The condemnation of Hans Küng, and the reactions to it which have been cited in this chapter, should prove a useful correctives to those traditional Catholics who see Pope John Paul II solely as a Liberal. The present Holy Father is an enigma, and to regard him either as an arch-Liberal, as many traditionalists do, or an arch-Conservative in the mold of St. Pius X, as many Liberals do, is far too simplistic an attitude. Many of his actions and attitudes are clearly harmful to the Church, and they will be criticized in this book, but this should not blind traditional Catholics to the fact that many of his actions and attitudes are totally orthodox. The condemnation of Kung also provides a useful reminder for traditional Catholics to bear in mind the fact that since the Second Vatican Council the Sacred Congregation for the Doctrine of the Faith has published a series of documents upholding orthodox teachings on faith and morals which have been questioned by Liberals. A careful study of these documents can help to balance an exaggerated view of the extent to which Modernism has penetrated the Vatican. While its influence is clearly discernible in some Sacred Congregations, this is most certainly not the case with the Sacred Congregation for the Doctrine of the Faith.3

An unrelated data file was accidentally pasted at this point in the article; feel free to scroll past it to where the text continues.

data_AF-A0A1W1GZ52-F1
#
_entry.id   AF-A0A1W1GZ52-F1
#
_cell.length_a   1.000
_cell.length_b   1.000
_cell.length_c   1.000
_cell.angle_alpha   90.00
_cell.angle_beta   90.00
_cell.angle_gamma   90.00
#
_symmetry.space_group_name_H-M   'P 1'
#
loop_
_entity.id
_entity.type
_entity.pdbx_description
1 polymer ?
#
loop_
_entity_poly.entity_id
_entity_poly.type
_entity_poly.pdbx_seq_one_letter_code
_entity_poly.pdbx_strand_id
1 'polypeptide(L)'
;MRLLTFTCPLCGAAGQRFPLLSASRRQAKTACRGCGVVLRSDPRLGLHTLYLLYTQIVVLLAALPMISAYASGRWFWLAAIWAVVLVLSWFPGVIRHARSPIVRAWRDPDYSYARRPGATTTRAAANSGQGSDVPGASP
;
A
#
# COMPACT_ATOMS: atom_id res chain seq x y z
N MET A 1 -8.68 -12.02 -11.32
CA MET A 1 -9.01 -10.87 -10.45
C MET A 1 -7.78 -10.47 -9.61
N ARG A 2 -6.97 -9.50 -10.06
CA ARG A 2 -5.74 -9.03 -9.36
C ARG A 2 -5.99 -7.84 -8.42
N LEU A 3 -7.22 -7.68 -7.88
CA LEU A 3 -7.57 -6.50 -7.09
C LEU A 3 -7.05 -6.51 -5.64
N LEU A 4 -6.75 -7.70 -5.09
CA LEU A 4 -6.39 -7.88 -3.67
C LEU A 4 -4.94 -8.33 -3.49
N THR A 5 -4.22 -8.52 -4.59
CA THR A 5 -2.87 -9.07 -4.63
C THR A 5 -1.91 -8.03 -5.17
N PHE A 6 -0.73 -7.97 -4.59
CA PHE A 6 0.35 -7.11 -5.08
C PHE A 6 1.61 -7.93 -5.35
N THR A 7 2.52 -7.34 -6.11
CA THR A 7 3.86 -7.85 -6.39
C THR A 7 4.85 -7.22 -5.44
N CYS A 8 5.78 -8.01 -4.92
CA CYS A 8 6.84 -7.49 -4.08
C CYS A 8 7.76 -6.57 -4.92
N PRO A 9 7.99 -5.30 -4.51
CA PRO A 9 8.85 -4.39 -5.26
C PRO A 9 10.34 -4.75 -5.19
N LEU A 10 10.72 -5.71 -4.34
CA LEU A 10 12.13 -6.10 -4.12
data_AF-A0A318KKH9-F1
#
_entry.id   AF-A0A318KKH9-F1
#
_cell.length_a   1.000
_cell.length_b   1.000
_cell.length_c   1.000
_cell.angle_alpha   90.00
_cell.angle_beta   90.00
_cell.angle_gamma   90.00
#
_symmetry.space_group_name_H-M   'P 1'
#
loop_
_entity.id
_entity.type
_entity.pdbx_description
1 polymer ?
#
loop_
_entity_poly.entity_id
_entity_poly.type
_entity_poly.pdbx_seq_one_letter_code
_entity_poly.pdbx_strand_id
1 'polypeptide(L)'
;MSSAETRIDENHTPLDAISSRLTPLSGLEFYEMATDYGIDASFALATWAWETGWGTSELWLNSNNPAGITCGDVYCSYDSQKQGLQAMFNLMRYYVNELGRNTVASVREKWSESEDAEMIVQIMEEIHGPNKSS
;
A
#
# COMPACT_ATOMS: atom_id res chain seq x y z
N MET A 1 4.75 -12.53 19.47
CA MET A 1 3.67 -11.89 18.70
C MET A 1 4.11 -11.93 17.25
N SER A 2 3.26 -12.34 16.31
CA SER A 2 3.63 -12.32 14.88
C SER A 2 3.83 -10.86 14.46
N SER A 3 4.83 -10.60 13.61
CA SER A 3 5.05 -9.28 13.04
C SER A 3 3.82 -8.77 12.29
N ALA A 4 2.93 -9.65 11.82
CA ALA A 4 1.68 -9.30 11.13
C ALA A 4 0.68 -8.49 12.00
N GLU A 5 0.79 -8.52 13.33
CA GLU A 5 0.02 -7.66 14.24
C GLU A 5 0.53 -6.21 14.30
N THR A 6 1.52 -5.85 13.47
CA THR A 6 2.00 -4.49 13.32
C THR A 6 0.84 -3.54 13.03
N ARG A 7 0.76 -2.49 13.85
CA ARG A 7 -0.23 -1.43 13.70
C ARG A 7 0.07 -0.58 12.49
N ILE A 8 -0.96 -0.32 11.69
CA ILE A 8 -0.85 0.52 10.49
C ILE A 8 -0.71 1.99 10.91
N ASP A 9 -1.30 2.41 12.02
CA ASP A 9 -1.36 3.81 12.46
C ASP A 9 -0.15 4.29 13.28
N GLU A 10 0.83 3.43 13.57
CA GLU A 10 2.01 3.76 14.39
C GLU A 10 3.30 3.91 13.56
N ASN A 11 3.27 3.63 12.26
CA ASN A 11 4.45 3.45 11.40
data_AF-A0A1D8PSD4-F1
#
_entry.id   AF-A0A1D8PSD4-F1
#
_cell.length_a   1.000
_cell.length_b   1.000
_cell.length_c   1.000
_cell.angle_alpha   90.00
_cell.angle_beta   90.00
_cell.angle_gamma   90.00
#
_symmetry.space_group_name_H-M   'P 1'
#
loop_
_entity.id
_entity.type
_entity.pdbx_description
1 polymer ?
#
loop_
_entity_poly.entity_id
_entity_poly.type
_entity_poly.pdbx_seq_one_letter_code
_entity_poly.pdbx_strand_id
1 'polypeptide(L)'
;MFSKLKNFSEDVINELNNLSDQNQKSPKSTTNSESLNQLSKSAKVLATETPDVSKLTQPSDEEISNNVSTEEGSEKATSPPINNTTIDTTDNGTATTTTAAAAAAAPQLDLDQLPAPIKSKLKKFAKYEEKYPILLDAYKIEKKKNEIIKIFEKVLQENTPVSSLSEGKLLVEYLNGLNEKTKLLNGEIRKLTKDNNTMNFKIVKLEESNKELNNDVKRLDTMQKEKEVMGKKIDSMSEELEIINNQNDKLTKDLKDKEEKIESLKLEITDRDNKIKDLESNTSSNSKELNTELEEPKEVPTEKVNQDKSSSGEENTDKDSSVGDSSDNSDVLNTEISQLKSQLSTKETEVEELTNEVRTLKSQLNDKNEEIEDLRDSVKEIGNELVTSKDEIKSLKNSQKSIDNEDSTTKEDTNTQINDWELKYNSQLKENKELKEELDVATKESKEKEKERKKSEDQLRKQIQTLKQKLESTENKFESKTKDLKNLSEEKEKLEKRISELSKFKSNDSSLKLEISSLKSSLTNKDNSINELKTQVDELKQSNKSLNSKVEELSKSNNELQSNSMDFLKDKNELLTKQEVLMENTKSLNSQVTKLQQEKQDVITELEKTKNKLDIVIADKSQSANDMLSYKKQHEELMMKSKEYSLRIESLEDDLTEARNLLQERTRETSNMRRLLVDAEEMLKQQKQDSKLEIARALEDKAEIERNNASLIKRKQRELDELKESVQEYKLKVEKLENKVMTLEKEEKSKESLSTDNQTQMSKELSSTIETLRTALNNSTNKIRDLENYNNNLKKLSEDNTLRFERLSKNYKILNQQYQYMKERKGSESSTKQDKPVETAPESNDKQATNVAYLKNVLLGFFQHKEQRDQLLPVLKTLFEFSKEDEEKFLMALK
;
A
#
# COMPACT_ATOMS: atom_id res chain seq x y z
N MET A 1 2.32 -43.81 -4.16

1. Apologia I, pp. 105-6.

2. See Apologia I, pp. 46 and 259; Apologia II, pp. 251-254.

3. A comprehensive selection of documents published by this Congregation is provided in the second volume of the collection of conciliar and post-conciliar documents compiled by A. Flannery (see bibliography).


Chapter 9